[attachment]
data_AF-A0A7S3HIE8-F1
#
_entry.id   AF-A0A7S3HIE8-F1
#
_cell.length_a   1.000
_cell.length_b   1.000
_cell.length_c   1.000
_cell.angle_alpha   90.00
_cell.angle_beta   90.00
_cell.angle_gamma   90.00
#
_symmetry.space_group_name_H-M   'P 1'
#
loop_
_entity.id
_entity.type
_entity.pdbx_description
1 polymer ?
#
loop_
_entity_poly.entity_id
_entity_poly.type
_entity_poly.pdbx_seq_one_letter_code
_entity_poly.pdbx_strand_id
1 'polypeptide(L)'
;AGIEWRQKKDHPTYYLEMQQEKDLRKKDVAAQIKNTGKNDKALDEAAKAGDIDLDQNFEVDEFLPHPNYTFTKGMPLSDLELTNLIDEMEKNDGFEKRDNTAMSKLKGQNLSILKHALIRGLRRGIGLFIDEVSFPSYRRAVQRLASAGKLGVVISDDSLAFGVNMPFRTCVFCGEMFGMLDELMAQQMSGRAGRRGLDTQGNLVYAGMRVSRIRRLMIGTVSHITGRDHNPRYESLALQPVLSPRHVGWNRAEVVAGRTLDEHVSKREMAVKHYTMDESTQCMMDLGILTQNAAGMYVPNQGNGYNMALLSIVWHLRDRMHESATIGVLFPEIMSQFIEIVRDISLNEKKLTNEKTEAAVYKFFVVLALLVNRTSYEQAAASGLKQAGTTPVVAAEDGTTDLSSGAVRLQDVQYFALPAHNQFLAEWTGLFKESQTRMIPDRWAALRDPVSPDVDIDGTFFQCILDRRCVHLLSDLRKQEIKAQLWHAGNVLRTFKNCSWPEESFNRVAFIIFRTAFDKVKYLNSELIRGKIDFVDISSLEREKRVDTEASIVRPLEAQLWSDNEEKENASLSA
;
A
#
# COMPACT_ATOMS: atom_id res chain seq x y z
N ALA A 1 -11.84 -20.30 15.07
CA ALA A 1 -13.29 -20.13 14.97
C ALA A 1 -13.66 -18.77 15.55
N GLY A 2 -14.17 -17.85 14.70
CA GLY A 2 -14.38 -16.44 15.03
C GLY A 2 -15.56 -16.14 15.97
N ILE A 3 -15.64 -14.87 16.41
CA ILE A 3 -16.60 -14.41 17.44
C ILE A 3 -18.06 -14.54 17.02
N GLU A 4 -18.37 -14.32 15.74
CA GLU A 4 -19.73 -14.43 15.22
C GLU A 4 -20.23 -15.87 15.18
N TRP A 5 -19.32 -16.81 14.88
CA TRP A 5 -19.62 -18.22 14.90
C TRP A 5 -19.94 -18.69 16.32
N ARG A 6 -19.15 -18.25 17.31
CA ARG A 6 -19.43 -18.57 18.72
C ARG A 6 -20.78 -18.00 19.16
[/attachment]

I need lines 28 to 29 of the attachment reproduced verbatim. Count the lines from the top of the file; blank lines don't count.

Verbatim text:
A
#